After Weekes had related his adventures, three parties were despatched to beat up the coast in search of the unfortunate islander. They returned at night without success, though they had used the utmost diligence. On the following day the search was resumed, and the poor fellow was at length discovered lying beneath a group of rocks, his legs swollen, his feet torn and bloody from walking through bushes and briars, and himself half-dead with cold, hunger, and fatigue. Weekes and this islander were the only survivors of the crew of the jolly-boat, and no trace was ever discovered of Fox and his party. Thus eight men were lost on the first approach to the coast; a commencement that cast a gloom over the spirits of the whole party, and was regarded by some of the superstitious as an omen that boded no good to the enterprise.
Towards night the Sandwich Islanders went on shore, to bury the body of their unfortunate countryman who had perished in the boat. On arriving at the place where it had been left, they dug a grave in the sand, in which they deposited the corpse, with a biscuit under one of the arms, some lard under the chin, and a small quantity of tobacco, as provisions for its journey in the land of spirits. Having covered the body with sand and flints, they kneeled along the grave in a double row, with their faces turned to the east, while one who officiated as a priest sprinkled them with water from a hat. In so doing he recited a kind of prayer or invocation, to which, at intervals, the others made responses. Such were the simple rites performed by these poor savages at the grave of their comrade on the shores of a strange land; and when these were done, they rose and returned in silence to the ship, without once casting a look behind.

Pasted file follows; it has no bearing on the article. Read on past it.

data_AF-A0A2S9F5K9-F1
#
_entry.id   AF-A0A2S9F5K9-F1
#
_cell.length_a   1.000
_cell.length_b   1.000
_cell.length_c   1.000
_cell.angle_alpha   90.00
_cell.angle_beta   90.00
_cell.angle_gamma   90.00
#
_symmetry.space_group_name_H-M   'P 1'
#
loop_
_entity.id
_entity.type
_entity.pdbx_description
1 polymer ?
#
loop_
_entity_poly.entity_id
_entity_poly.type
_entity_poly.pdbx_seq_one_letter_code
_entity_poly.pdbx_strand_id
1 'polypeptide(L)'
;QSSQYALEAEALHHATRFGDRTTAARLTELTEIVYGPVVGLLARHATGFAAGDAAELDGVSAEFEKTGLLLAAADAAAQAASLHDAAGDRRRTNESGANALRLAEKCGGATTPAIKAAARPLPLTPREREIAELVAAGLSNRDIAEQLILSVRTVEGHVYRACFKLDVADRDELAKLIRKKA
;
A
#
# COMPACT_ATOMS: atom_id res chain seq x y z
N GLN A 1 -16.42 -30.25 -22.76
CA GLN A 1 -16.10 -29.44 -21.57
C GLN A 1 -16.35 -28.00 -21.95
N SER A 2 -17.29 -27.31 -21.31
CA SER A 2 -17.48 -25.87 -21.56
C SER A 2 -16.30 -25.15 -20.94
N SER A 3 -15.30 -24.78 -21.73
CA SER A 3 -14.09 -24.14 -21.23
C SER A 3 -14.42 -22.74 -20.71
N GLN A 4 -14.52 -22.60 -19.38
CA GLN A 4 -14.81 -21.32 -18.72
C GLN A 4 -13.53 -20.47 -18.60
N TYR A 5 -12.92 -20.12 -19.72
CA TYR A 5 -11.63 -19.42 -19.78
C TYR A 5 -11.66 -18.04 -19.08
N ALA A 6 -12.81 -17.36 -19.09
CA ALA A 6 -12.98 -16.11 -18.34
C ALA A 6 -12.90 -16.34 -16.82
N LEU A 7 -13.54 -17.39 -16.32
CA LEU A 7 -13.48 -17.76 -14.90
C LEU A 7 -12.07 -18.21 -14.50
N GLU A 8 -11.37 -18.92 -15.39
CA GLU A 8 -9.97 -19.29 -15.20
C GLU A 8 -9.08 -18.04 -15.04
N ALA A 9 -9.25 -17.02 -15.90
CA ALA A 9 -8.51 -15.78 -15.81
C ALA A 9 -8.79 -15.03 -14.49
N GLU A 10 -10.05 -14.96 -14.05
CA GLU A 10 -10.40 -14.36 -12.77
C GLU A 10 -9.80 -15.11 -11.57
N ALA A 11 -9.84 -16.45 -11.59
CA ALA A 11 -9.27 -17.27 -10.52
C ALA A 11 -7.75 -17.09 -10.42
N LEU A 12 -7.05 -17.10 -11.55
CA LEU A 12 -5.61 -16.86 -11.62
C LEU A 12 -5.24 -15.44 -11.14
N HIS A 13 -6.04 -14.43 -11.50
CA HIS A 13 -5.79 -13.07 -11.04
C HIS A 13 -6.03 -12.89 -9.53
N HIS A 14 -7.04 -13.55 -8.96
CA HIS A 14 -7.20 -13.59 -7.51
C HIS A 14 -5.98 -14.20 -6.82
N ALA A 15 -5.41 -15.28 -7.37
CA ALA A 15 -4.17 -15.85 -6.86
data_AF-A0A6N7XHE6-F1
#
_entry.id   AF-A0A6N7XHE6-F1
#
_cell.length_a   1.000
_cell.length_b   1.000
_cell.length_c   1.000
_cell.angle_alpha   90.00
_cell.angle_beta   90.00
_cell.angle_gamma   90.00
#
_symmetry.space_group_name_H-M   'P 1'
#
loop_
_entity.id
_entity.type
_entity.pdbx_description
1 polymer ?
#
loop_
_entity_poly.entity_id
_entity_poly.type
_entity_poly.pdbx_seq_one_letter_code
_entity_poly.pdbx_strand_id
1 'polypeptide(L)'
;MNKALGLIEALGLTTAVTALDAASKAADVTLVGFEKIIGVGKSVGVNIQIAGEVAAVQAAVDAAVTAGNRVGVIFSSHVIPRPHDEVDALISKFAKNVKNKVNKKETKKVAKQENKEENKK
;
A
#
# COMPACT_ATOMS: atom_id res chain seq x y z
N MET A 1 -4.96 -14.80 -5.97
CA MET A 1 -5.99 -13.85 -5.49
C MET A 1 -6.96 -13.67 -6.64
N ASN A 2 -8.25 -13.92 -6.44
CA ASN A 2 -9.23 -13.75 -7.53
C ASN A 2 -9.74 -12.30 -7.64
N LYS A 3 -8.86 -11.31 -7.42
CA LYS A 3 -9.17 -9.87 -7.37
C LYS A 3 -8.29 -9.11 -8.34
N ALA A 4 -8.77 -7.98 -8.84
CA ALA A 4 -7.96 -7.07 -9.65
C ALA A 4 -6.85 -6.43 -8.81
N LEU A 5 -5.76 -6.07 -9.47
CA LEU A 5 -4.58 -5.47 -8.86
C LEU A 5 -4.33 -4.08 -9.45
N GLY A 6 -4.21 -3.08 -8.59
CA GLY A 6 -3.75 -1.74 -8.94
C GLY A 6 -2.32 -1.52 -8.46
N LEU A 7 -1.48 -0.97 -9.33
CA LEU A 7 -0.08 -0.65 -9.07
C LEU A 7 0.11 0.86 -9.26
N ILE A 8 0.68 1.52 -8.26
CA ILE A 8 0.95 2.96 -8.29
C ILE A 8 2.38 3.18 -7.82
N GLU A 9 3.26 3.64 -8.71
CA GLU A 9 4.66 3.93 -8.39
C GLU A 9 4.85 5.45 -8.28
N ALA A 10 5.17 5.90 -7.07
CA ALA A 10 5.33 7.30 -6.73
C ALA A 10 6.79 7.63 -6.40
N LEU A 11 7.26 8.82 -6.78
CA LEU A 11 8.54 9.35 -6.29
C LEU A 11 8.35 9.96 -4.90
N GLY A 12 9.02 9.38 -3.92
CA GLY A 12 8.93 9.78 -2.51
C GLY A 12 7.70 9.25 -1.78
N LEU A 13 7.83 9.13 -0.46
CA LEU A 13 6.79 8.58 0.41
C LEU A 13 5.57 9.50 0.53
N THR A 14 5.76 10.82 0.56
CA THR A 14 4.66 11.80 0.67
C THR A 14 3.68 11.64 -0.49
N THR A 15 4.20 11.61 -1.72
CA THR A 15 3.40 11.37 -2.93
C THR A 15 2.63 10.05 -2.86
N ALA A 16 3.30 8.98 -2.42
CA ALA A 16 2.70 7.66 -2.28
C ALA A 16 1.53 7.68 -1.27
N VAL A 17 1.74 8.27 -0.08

Mouth of the Columbia.—The
Native Tribes.—Their Fishing.—
Their Canoes.—Bold Navigators—Equestrian Indians and
Piscatory Indians, Difference in Their Physical
Organization.—Search for a Trading Site.—Expedition of
M’Dougal and David Stuart-Comcomly, the One-Eyed Chieftain.—
Influence of Wealth in Savage Life.—Slavery Among the
Natives.-An Aristocracy of Flatheads.-Hospitality Among the
Chinooks—Comcomly’s Daughter.—Her Conquest.
The Columbia, or Oregon, for the distance of thirty or forty miles from its entrance into the sea, is, properly speaking, a mere estuary, indented by deep bays so as to vary from three to seven miles in width; and is rendered extremely intricate and dangerous by shoals reaching nearly from shore to shore, on which, at times, the winds and currents produce foaming and tumultuous breakers. The mouth of the river proper is but about half a mile wide, formed by the contracting shores of the estuary. The entrance from the sea, as we have already observed, is bounded on the south side by a flat sandy spit of land, stretching